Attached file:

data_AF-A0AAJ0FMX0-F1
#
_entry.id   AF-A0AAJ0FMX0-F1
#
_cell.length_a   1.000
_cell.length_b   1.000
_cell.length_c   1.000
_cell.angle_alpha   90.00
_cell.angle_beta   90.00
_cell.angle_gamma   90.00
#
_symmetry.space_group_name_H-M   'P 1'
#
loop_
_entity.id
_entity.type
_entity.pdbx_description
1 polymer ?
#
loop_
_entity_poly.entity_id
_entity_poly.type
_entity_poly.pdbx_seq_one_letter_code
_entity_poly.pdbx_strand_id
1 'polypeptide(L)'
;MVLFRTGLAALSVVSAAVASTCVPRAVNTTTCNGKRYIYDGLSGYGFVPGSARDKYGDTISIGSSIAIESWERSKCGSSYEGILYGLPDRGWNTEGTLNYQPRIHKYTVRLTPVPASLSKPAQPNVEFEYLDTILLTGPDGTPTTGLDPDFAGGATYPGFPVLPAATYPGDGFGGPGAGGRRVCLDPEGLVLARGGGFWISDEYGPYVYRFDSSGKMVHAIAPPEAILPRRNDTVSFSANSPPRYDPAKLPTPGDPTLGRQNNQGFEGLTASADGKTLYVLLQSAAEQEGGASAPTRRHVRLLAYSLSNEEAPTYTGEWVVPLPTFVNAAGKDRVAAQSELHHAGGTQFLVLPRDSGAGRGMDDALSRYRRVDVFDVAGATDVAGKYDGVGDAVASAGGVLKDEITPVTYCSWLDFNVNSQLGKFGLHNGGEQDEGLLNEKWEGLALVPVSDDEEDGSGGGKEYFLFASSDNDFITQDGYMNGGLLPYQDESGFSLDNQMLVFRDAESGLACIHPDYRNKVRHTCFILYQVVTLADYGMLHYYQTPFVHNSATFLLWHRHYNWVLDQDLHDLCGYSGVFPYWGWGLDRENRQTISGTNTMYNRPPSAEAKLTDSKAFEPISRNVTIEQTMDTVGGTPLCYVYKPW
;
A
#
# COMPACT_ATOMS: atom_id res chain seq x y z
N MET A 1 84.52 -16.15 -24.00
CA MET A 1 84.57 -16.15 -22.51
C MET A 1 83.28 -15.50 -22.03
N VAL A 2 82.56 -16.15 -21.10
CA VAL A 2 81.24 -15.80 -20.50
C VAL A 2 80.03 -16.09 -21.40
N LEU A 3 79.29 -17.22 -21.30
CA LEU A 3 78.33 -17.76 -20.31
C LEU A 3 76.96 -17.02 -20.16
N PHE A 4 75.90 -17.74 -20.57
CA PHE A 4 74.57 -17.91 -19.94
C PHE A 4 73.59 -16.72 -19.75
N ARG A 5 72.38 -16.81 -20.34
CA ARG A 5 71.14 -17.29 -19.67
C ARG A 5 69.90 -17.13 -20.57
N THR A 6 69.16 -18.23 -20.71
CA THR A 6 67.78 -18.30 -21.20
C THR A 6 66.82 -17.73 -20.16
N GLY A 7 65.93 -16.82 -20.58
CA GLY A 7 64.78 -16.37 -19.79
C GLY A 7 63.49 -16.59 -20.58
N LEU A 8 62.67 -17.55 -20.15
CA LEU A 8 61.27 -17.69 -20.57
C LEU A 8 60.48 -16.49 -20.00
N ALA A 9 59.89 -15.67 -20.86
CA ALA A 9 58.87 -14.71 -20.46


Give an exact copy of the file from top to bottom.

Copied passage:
data_AF-A0AAJ0FMX0-F1
#
_entry.id   AF-A0AAJ0FMX0-F1
#
_cell.length_a   1.000
_cell.length_b   1.000
_cell.length_c   1.000
_cell.angle_alpha   90.00
_cell.angle_beta   90.00
_cell.angle_gamma   90.00
#
_symmetry.space_group_name_H-M   'P 1'
#
loop_
_entity.id
_entity.type
_entity.pdbx_description
1 polymer ?
#
loop_
_entity_poly.entity_id
_entity_poly.type
_entity_poly.pdbx_seq_one_letter_code
_entity_poly.pdbx_strand_id
1 'polypeptide(L)'
;MVLFRTGLAALSVVSAAVASTCVPRAVNTTTCNGKRYIYDGLSGYGFVPGSARDKYGDTISIGSSIAIESWERSKCGSSYEGILYGLPDRGWNTEGTLNYQPRIHKYTVRLTPVPASLSKPAQPNVEFEYLDTILLTGPDGTPTTGLDPDFAGGATYPGFPVLPAATYPGDGFGGPGAGGRRVCLDPEGLVLARGGGFWISDEYGPYVYRFDSSGKMVHAIAPPEAILPRRNDTVSFSANSPPRYDPAKLPTPGDPTLGRQNNQGFEGLTASADGKTLYVLLQSAAEQEGGASAPTRRHVRLLAYSLSNEEAPTYTGEWVVPLPTFVNAAGKDRVAAQSELHHAGGTQFLVLPRDSGAGRGMDDALSRYRRVDVFDVAGATDVAGKYDGVGDAVASAGGVLKDEITPVTYCSWLDFNVNSQLGKFGLHNGGEQDEGLLNEKWEGLALVPVSDDEEDGSGGGKEYFLFASSDNDFITQDGYMNGGLLPYQDESGFSLDNQMLVFRDAESGLACIHPDYRNKVRHTCFILYQVVTLADYGMLHYYQTPFVHNSATFLLWHRHYNWVLDQDLHDLCGYSGVFPYWGWGLDRENRQTISGTNTMYNRPPSAEAKLTDSKAFEPISRNVTIEQTMDTVGGTPLCYVYKPW
;
A
#
# COMPACT_ATOMS: atom_id res chain seq x y z
N MET A 1 84.52 -16.15 -24.00
CA MET A 1 84.57 -16.15 -22.51
C MET A 1 83.28 -15.50 -22.03
N VAL A 2 82.56 -16.15 -21.10
CA VAL A 2 81.24 -15.80 -20.50
C VAL A 2 80.03 -16.09 -21.40
N LEU A 3 79.29 -17.22 -21.30
CA LEU A 3 78.33 -17.76 -20.31
C LEU A 3 76.96 -17.02 -20.16
N PHE A 4 75.90 -17.74 -20.57
CA PHE A 4 74.57 -17.91 -19.94
C PHE A 4 73.59 -16.72 -19.75
N ARG A 5 72.38 -16.81 -20.34
CA ARG A 5 71.14 -17.29 -19.67
C ARG A 5 69.90 -17.13 -20.57
N THR A 6 69.16 -18.23 -20.71
CA THR A 6 67.78 -18.30 -21.20
C THR A 6 66.82 -17.73 -20.16
N GLY A 7 65.93 -16.82 -20.58
CA GLY A 7 64.78 -16.37 -19.79
C GLY A 7 63.49 -16.59 -20.58
N LEU A 8 62.67 -17.55 -20.15
CA LEU A 8 61.27 -17.69 -20.57
C LEU A 8 60.48 -16.49 -20.00
N ALA A 9 59.89 -15.67 -20.86
CA ALA A 9 58.87 -14.71 -20.46